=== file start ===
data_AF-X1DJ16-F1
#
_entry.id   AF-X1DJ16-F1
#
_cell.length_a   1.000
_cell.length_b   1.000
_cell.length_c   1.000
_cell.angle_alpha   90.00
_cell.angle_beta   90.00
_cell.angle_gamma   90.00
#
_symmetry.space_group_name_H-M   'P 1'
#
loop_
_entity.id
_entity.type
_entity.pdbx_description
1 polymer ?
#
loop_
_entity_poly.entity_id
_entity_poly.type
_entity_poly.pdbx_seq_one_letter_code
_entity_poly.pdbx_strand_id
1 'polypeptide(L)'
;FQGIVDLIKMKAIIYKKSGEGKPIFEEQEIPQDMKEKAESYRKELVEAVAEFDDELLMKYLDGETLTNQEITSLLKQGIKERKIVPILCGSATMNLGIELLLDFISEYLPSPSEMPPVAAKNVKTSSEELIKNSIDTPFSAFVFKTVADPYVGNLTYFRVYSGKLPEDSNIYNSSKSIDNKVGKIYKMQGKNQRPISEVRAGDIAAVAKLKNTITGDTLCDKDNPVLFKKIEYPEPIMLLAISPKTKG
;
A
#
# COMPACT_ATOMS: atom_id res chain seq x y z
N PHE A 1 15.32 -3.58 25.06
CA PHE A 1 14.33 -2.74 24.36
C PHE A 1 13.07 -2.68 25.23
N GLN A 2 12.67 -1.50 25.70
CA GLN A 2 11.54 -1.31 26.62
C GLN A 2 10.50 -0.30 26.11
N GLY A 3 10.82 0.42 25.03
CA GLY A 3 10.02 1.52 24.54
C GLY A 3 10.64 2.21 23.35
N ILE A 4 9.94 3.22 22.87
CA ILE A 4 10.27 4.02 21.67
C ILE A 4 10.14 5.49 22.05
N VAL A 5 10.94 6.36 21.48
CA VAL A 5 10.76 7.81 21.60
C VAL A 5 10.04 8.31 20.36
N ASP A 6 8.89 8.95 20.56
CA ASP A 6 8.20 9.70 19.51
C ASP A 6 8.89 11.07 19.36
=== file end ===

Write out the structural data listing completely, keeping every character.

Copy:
data_AF-X1DJ16-F1
#
_entry.id   AF-X1DJ16-F1
#
_cell.length_a   1.000
_cell.length_b   1.000
_cell.length_c   1.000
_cell.angle_alpha   90.00
_cell.angle_beta   90.00
_cell.angle_gamma   90.00
#
_symmetry.space_group_name_H-M   'P 1'
#
loop_
_entity.id
_entity.type
_entity.pdbx_description
1 polymer ?
#
loop_
_entity_poly.entity_id
_entity_poly.type
_entity_poly.pdbx_seq_one_letter_code
_entity_poly.pdbx_strand_id
1 'polypeptide(L)'
;FQGIVDLIKMKAIIYKKSGEGKPIFEEQEIPQDMKEKAESYRKELVEAVAEFDDELLMKYLDGETLTNQEITSLLKQGIKERKIVPILCGSATMNLGIELLLDFISEYLPSPSEMPPVAAKNVKTSSEELIKNSIDTPFSAFVFKTVADPYVGNLTYFRVYSGKLPEDSNIYNSSKSIDNKVGKIYKMQGKNQRPISEVRAGDIAAVAKLKNTITGDTLCDKDNPVLFKKIEYPEPIMLLAISPKTKG
;
A
#
# COMPACT_ATOMS: atom_id res chain seq x y z
N PHE A 1 15.32 -3.58 25.06
CA PHE A 1 14.33 -2.74 24.36
C PHE A 1 13.07 -2.68 25.23
N GLN A 2 12.67 -1.50 25.70
CA GLN A 2 11.54 -1.31 26.62
C GLN A 2 10.50 -0.30 26.11
N GLY A 3 10.82 0.42 25.03
CA GLY A 3 10.02 1.52 24.54
C GLY A 3 10.64 2.21 23.35
N ILE A 4 9.94 3.22 22.87
CA ILE A 4 10.27 4.02 21.67
C ILE A 4 10.14 5.49 22.05
N VAL A 5 10.94 6.36 21.48
CA VAL A 5 10.76 7.81 21.60
C VAL A 5 10.04 8.31 20.36
N ASP A 6 8.89 8.95 20.56
CA ASP A 6 8.20 9.70 19.51
C ASP A 6 8.89 11.07 19.36